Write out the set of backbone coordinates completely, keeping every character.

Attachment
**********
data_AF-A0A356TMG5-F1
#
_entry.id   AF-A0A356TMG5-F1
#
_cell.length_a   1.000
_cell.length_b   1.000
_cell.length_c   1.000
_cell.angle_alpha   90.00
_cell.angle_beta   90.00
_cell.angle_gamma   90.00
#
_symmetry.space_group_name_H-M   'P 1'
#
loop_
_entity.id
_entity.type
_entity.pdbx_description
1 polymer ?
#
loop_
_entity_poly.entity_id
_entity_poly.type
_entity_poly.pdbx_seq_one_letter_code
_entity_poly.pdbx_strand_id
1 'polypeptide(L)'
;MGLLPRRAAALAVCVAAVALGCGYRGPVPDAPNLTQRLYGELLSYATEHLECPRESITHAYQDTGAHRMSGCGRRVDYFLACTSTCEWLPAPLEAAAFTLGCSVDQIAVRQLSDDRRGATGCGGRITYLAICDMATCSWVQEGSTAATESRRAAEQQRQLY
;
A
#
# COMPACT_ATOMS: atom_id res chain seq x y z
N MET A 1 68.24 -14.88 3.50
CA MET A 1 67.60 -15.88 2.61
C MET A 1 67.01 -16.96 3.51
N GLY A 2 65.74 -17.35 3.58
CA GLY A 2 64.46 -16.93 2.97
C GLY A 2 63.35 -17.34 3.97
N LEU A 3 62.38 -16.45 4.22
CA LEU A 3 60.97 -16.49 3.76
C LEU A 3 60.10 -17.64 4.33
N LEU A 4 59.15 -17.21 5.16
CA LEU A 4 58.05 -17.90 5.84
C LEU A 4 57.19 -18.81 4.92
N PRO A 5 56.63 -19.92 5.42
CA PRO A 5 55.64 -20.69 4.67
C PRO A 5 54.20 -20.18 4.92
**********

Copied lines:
data_AF-A0A356TMG5-F1
#
_entry.id   AF-A0A356TMG5-F1
#
_cell.length_a   1.000
_cell.length_b   1.000
_cell.length_c   1.000
_cell.angle_alpha   90.00
_cell.angle_beta   90.00
_cell.angle_gamma   90.00
#
_symmetry.space_group_name_H-M   'P 1'
#
loop_
_entity.id
_entity.type
_entity.pdbx_description
1 polymer ?
#
loop_
_entity_poly.entity_id
_entity_poly.type
_entity_poly.pdbx_seq_one_letter_code
_entity_poly.pdbx_strand_id
1 'polypeptide(L)'
;MGLLPRRAAALAVCVAAVALGCGYRGPVPDAPNLTQRLYGELLSYATEHLECPRESITHAYQDTGAHRMSGCGRRVDYFLACTSTCEWLPAPLEAAAFTLGCSVDQIAVRQLSDDRRGATGCGGRITYLAICDMATCSWVQEGSTAATESRRAAEQQRQLY
;
A
#
# COMPACT_ATOMS: atom_id res chain seq x y z
N MET A 1 68.24 -14.88 3.50
CA MET A 1 67.60 -15.88 2.61
C MET A 1 67.01 -16.96 3.51
N GLY A 2 65.74 -17.35 3.58
CA GLY A 2 64.46 -16.93 2.97
C GLY A 2 63.35 -17.34 3.97
N LEU A 3 62.38 -16.45 4.22
CA LEU A 3 60.97 -16.49 3.76
C LEU A 3 60.10 -17.64 4.33
N LEU A 4 59.15 -17.21 5.16
CA LEU A 4 58.05 -17.90 5.84
C LEU A 4 57.19 -18.81 4.92
N PRO A 5 56.63 -19.92 5.42
CA PRO A 5 55.64 -20.69 4.67
C PRO A 5 54.20 -20.18 4.92